So that's it, that's what's happening in the garden this week. I hope your week is going well, too!


Help for PTSD Sufferers

Soldiers Suffering from PTSD Have a New Champion!

There’s plenty of evidence for the usefulness of alternative therapies in treating Post-Traumatic Stress Disorder (PTSD). High among those useful therapies, based on years of reports from our customers, are sleep pillows, also known as dream pillows. Laugh, scoff or ridicule as you wish. but this method has helped thousands of people over the years.

I began writing about dream pillows and their effects over 25 years ago. You can read my experiences and what convinced me, by clicking here and looking through my archives. I first learned about dream/sleep pillows from a pharmacist, and you can see the formula he made for me by clicking here, then scrolling down. And if you would like to read the story of someone who helped a bunch of Vietnam vets who all suffered from flash-back nightmares, quieten their sleep, read this.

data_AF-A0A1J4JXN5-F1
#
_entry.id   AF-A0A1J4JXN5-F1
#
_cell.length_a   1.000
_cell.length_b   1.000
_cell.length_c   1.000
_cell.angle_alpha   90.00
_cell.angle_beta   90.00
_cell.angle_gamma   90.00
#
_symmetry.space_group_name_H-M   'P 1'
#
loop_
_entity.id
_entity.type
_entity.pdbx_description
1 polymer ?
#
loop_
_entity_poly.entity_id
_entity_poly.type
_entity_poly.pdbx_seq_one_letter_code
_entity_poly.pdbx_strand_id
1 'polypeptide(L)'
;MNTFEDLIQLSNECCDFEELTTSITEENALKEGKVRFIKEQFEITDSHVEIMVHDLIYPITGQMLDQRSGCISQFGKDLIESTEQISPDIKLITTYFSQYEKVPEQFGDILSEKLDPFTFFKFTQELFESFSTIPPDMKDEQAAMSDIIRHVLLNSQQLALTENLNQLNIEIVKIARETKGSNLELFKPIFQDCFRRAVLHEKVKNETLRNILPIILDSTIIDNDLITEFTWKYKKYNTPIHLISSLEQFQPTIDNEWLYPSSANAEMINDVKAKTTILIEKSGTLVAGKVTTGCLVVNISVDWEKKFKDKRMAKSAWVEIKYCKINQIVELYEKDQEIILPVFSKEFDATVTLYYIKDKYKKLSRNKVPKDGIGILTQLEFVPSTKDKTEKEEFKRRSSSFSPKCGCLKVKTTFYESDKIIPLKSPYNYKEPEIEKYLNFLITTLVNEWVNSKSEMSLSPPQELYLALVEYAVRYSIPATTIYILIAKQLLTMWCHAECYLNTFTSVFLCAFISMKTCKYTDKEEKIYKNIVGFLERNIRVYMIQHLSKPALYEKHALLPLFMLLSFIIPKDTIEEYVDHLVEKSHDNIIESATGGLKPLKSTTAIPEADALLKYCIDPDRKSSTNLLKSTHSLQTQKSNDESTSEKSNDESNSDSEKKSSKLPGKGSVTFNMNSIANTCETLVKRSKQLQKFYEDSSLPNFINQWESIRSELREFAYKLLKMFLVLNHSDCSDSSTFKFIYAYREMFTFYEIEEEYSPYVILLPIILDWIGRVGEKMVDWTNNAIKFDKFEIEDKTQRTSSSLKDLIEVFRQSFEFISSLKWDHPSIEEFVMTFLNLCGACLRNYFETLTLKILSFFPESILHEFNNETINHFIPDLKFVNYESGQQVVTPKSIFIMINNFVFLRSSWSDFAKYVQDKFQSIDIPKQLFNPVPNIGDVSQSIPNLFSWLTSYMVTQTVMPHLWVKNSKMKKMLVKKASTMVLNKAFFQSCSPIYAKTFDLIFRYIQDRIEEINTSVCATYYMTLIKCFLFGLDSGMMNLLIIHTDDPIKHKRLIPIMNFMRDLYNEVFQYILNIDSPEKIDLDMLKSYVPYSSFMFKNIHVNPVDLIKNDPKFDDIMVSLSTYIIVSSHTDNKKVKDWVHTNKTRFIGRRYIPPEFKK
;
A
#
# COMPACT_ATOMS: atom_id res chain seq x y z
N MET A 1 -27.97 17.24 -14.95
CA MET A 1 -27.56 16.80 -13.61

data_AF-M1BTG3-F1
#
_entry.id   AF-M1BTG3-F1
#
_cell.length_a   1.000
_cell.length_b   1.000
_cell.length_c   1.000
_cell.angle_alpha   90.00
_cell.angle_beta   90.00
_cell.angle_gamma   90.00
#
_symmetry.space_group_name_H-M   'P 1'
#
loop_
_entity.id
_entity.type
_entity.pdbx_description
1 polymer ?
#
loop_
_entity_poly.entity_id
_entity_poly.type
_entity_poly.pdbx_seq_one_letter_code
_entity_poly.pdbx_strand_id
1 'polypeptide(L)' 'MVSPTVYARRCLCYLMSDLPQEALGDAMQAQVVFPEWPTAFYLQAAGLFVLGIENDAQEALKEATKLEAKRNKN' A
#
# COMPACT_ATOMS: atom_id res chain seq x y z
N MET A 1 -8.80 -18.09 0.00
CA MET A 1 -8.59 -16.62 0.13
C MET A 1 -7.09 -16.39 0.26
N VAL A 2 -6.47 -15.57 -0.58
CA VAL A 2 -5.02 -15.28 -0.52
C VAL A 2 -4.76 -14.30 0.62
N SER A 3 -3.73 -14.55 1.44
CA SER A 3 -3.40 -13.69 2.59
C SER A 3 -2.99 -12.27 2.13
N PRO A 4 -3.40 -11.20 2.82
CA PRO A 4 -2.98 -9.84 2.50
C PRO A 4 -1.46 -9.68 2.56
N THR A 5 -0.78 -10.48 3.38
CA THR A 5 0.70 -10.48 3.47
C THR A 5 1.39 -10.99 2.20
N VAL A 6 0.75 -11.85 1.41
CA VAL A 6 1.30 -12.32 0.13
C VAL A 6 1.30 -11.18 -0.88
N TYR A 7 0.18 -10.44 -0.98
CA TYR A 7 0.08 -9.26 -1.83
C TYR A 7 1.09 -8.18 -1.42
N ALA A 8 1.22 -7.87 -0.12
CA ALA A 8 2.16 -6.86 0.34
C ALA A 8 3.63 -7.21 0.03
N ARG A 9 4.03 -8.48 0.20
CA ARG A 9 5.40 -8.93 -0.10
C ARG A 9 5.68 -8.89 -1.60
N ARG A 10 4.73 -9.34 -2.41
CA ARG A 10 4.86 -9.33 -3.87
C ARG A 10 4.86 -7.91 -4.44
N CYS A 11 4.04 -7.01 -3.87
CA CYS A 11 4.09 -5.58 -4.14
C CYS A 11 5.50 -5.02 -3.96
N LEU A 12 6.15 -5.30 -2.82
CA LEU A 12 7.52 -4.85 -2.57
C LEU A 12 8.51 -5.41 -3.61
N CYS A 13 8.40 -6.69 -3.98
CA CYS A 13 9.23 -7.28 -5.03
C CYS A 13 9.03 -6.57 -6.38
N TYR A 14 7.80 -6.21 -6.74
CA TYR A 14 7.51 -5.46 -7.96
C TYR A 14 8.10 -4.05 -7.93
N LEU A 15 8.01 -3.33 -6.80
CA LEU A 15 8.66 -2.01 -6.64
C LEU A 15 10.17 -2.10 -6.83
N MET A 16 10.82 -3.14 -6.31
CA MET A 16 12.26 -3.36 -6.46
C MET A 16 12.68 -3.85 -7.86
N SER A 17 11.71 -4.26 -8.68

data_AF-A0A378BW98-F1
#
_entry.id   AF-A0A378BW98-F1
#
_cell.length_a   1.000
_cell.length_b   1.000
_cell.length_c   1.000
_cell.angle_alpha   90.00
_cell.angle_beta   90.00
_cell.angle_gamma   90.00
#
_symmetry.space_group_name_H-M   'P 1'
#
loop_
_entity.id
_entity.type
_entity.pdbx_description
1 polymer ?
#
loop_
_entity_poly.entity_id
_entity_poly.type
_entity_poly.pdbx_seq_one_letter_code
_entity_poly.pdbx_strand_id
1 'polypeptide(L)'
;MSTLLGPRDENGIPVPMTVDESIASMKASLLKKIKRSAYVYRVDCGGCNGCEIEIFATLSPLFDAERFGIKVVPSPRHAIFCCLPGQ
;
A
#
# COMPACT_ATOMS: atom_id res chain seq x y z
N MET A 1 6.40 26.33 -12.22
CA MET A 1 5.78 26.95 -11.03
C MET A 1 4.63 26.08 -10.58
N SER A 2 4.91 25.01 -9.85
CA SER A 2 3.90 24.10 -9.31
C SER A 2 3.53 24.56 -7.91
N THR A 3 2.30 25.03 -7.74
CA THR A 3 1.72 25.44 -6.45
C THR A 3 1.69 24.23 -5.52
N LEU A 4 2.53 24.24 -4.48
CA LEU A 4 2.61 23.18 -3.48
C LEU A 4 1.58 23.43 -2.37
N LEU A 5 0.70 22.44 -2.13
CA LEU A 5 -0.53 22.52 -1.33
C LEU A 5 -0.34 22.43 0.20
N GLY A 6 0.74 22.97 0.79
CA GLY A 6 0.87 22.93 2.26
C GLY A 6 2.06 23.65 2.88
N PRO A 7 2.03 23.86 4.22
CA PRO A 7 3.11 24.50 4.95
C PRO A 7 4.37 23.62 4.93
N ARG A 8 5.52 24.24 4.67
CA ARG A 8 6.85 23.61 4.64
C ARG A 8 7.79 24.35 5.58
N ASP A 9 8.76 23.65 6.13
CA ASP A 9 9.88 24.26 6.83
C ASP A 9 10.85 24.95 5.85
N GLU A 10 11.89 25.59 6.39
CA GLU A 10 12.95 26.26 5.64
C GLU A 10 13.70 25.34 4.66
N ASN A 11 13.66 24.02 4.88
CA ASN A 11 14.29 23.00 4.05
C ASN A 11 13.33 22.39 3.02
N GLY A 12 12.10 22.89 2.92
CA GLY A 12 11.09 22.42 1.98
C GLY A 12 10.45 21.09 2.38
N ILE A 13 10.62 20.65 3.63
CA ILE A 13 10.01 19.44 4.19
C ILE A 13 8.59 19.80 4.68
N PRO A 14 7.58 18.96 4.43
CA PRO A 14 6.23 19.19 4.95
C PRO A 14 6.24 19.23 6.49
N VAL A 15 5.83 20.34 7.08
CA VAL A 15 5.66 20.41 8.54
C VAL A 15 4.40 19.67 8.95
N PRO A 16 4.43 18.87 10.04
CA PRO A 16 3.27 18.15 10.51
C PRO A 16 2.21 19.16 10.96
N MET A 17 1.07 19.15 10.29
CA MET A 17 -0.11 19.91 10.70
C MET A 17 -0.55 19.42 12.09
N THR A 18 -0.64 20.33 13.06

Sleep pillows are about 6 x 6 inches and are to be tucked into your pillowcase.

What I want most to tell you about is Elizabeth, a customer of ours who’s been buying dream pillow supplies from us, making restful sleep dream pillows and giving them away to soldiers and veterans who are suffering from PTSD. Every time she runs across someone who has a brother, father, son or spouse, who she learns is suffering from PTSD, she sends them a sleep pillow. The feedback she’s gotten, the gratitude, is simply amazing.